Living in Boulder, I can definitely say that this city touts a healthy lifestyle. While the implementation of healthful living is by no means bad, I have noticed a malicious affect: obese individuals often feel judged by thinner individuals because of their weight. I have even had a few friends who have left CU because they felt so judged and ostracized.
“Fat shaming,” or the act of treating obese individuals differently because of their weight, isn’t a new phenomenon. Journalists have been reporting on fat shaming for some years now. While I believe that coverage of fat shaming has been sufficient, I don’t think that enough has been done to help explain why these events occur. To be clear, I am only going to discuss incidences that have happened in contemporary America.
Symbolic anthropology can help partly explain why fat shaming occurs. In all societies, people give objects and people symbolic meaning. While inanimate objects such as the American flag symbolize freedom, obese individuals can also be symbolic. To some, obese individuals symbolize laziness and undisciplined. Take for example psychology professor Geoffrey Miller. In August, the Huffington Post reported that Miller had posted this tweet, “Dear obese Ph.D. applicants: if you didn’t have the willpower to stop eating carbs, you won’t have the willpower to do a dissertation #truth.” This isn’t just one man’s opinion, but a widespread one. I have met many people that identify with Miller’s opinion. Symbols attributed to obesity contribute to fat shaming because of the negative connotations.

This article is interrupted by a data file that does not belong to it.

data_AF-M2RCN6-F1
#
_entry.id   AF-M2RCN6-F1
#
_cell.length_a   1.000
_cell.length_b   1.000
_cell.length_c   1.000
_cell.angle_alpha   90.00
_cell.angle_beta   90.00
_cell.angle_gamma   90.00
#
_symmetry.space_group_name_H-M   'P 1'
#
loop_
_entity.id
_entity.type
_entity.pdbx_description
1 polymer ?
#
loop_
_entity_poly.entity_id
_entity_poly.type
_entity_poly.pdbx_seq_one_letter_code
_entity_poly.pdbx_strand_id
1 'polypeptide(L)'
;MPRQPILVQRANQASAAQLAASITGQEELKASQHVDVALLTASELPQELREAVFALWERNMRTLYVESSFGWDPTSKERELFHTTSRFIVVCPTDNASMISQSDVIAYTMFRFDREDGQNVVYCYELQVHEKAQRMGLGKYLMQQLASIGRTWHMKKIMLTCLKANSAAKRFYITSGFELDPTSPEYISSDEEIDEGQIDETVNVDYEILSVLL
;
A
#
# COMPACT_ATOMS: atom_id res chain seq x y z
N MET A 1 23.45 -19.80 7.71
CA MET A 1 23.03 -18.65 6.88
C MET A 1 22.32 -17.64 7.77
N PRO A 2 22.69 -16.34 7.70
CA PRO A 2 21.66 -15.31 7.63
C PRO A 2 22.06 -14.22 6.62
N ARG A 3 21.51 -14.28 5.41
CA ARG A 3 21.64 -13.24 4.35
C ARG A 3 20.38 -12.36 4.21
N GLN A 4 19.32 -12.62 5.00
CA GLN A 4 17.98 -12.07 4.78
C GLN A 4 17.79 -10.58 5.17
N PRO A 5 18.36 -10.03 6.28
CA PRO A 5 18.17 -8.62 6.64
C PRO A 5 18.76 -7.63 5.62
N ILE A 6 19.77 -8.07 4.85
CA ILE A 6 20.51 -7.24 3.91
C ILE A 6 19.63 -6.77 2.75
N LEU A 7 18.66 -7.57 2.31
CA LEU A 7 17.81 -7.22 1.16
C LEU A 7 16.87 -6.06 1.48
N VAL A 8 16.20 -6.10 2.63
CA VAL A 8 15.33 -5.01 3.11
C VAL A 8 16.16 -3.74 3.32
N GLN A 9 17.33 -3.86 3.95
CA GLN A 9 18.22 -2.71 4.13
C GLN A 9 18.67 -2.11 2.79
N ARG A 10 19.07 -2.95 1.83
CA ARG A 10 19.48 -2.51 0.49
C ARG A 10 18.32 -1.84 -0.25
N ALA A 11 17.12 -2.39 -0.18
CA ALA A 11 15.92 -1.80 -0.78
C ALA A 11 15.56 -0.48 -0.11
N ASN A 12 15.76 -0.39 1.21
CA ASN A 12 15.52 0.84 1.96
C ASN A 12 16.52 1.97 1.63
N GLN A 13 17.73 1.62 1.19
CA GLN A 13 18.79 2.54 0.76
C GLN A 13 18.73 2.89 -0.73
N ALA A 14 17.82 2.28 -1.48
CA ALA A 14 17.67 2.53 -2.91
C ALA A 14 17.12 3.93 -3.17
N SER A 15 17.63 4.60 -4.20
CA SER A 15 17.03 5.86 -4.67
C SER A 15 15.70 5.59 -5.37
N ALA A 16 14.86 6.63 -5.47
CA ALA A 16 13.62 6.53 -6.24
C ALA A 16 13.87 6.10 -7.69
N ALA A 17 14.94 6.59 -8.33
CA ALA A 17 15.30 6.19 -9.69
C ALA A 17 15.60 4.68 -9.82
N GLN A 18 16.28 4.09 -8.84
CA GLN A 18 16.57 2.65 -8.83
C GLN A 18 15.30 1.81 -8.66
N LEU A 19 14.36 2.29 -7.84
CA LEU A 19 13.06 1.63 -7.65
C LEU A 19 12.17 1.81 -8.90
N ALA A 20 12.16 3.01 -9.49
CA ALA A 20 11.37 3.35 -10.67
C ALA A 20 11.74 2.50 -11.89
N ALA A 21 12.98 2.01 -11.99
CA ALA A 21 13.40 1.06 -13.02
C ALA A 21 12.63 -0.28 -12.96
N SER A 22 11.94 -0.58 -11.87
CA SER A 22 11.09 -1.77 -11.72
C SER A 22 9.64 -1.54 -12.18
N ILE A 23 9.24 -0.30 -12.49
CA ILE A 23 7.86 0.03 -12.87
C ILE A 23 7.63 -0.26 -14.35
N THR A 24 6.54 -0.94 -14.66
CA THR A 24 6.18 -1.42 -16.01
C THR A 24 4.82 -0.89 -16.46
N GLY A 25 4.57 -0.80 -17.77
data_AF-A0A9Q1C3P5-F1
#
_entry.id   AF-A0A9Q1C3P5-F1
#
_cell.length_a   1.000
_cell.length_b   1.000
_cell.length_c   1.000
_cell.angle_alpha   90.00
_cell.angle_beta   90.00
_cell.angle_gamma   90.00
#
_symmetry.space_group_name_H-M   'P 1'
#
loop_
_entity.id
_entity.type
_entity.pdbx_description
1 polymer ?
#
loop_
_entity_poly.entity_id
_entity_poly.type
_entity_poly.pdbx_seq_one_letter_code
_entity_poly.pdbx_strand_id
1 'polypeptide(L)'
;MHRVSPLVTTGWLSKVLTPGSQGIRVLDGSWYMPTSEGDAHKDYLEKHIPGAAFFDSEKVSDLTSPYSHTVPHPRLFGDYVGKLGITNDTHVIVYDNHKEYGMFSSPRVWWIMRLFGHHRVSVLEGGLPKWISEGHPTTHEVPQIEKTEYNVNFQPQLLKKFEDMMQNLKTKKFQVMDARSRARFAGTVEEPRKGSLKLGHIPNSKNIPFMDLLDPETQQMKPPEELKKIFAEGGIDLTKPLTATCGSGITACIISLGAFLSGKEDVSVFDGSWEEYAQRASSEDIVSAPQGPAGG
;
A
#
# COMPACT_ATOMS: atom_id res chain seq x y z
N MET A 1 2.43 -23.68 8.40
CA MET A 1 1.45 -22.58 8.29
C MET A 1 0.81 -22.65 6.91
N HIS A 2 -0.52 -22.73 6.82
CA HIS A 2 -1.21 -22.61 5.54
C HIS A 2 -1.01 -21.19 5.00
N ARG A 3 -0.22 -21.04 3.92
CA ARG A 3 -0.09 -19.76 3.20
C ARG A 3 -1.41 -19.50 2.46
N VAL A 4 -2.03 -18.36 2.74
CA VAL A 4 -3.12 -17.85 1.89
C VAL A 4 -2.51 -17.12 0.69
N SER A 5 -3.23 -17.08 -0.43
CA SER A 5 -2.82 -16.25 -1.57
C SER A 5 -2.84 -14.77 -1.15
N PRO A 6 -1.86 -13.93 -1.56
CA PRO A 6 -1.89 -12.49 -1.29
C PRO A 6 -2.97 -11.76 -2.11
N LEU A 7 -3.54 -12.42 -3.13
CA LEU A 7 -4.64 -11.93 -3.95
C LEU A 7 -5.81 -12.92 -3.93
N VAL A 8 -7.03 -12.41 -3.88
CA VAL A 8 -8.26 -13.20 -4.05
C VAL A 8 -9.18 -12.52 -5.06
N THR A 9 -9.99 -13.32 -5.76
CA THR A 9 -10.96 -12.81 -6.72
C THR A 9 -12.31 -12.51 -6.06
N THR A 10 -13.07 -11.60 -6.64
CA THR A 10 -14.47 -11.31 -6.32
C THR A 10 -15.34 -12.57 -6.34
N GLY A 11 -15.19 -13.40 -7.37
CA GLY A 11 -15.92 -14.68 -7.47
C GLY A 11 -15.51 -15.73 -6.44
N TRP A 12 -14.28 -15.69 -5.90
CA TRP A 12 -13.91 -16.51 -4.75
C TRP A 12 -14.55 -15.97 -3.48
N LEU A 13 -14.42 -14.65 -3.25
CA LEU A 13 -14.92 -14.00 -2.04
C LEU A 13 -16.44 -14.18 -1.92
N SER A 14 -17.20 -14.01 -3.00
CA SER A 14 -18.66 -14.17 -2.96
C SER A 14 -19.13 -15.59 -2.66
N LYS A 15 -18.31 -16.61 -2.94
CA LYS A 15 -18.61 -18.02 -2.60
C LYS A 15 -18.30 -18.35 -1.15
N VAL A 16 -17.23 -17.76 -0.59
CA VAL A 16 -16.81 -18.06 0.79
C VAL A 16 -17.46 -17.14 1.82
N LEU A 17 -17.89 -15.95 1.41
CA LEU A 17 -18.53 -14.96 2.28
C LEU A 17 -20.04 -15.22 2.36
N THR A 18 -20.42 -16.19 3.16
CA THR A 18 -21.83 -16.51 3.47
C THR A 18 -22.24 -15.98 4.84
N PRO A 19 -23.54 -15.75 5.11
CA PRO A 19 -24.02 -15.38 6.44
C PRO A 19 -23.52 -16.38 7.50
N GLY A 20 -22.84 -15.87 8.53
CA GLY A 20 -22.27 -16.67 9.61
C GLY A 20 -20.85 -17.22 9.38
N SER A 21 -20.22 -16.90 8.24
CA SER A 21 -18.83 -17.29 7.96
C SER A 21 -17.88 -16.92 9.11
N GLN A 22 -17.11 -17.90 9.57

Ruth Benedict’s culture and personality theory adds another dimension to fat shaming analysis. This theory asserts that every culture creates a certain type of individual that is valued. If an individual goes against established cultural norms, then “normal” individuals treat them differently. This theory is demonstrated through weight-based discrimination in the workplace. It was reported in a 2008 Forbes article, “Is Weight Affecting Your Career?” that when a white, obese woman gains 64 pounds, her income drops 9%. This statistic was taken from a 2004 Cornell University study. It has also been shown that obese individuals are less likely to be hired when a thinner individual is applying for the same job. The negative correlation between weight and the likelihood of getting the desired job was reported in a 2002 The New York Times article, “The Trials of Job Hunting Beyond a Certain Size.” The article highlighted Robert Diaz, an obese individual who attempted to get a job. Before a job interview, Diaz would try to make himself appear thinner. Despite his attempts, Diaz reported that the interview was “usually…over almost as soon as they [saw] me.”
Because of how American culture values the thin, and toned body, and the hardworking individual, it’s no wonder why American society is rejecting obese individuals. American culture wants the individual to have this most often times unattainable body type. A person who is not even astronomically close to this body type is rejected and even denied jobs over a thinner individual.